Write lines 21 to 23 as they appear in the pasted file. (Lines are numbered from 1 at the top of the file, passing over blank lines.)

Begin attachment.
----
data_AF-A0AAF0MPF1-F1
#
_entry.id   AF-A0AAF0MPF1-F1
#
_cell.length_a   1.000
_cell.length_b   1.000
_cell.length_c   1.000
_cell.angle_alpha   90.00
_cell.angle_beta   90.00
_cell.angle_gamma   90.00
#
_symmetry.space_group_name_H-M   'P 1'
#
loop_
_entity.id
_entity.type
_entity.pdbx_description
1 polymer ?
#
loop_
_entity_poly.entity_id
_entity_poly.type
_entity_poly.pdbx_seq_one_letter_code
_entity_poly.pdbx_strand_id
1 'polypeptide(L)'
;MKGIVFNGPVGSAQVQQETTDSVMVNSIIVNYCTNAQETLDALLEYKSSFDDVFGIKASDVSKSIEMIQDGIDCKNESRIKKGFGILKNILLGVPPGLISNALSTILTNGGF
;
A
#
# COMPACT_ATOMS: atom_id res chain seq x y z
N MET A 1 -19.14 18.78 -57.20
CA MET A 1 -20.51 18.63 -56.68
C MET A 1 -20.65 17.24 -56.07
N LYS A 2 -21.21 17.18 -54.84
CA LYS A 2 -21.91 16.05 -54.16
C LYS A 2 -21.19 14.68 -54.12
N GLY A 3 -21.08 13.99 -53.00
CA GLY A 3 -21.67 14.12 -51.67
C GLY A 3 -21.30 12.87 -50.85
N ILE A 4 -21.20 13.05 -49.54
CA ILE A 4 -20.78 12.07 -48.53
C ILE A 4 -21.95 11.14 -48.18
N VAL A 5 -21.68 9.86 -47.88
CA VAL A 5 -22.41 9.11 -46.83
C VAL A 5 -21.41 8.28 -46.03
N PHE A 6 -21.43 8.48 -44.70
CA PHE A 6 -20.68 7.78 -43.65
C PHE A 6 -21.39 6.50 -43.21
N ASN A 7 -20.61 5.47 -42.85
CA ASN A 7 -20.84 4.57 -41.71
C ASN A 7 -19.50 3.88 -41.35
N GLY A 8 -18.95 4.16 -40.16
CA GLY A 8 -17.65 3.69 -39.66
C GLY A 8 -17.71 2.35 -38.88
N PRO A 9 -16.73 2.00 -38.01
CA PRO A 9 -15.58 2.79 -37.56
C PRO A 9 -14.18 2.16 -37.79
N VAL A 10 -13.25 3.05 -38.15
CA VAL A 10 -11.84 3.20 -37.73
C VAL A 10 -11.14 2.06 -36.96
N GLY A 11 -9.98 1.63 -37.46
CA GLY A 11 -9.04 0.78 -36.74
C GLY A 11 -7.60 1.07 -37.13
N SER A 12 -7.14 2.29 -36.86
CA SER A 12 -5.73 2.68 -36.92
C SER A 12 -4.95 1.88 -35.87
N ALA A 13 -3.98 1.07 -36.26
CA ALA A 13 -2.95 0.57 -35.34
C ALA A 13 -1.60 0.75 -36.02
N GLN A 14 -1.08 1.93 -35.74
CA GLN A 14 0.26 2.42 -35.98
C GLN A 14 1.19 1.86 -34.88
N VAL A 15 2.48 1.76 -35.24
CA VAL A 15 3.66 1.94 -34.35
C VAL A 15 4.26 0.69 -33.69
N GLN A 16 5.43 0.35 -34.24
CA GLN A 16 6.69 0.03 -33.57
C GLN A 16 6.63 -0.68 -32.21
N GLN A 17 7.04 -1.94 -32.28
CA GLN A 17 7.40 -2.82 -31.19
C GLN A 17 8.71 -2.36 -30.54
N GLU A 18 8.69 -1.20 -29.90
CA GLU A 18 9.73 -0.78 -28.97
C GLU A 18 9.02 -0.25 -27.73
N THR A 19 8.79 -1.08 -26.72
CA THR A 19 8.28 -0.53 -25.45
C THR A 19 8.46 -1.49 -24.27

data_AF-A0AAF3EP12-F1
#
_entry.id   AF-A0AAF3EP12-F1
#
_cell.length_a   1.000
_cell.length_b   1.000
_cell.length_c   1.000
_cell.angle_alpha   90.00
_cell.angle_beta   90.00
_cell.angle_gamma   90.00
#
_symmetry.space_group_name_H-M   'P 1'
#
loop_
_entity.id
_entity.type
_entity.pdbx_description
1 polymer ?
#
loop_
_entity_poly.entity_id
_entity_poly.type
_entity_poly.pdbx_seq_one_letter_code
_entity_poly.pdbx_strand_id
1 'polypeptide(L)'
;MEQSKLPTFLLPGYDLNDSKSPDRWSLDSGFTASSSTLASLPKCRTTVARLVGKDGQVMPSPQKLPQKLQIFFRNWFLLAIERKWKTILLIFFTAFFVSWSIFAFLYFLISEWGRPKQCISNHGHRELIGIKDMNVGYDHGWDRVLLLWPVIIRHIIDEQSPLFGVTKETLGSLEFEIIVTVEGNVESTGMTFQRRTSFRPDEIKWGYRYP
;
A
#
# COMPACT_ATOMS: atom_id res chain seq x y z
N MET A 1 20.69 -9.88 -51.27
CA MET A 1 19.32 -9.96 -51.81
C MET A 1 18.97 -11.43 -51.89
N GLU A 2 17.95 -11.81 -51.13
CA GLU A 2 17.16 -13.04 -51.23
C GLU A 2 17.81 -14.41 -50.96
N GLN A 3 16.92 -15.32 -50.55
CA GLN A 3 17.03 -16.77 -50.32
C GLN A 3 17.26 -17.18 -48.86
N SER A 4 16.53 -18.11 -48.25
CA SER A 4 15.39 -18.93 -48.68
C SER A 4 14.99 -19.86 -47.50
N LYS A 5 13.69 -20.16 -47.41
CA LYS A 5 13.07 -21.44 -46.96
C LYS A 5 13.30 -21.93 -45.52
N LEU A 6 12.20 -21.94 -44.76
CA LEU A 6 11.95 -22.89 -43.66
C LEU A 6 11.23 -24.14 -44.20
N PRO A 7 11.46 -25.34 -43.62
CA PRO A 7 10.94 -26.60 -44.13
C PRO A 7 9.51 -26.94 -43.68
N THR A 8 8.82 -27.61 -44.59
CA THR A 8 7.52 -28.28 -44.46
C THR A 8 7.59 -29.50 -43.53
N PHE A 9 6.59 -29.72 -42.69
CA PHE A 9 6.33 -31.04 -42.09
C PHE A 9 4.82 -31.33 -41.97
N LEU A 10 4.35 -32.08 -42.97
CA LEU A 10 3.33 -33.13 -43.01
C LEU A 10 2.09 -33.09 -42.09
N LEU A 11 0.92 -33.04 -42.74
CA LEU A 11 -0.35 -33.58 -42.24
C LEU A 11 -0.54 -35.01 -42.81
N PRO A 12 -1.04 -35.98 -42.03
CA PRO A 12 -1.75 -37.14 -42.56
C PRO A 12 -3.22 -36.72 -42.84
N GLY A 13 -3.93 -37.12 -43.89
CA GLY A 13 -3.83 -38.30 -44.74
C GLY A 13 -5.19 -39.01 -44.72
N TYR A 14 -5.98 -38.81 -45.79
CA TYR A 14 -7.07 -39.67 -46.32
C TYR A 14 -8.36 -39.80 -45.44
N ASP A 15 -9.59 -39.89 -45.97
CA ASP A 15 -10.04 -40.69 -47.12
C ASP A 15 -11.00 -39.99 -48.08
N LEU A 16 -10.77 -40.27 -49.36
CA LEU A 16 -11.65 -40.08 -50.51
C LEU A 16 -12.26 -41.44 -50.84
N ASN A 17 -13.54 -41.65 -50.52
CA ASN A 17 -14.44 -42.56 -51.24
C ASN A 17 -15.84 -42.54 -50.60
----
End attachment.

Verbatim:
_entity_poly.entity_id
_entity_poly.type
_entity_poly.pdbx_seq_one_letter_code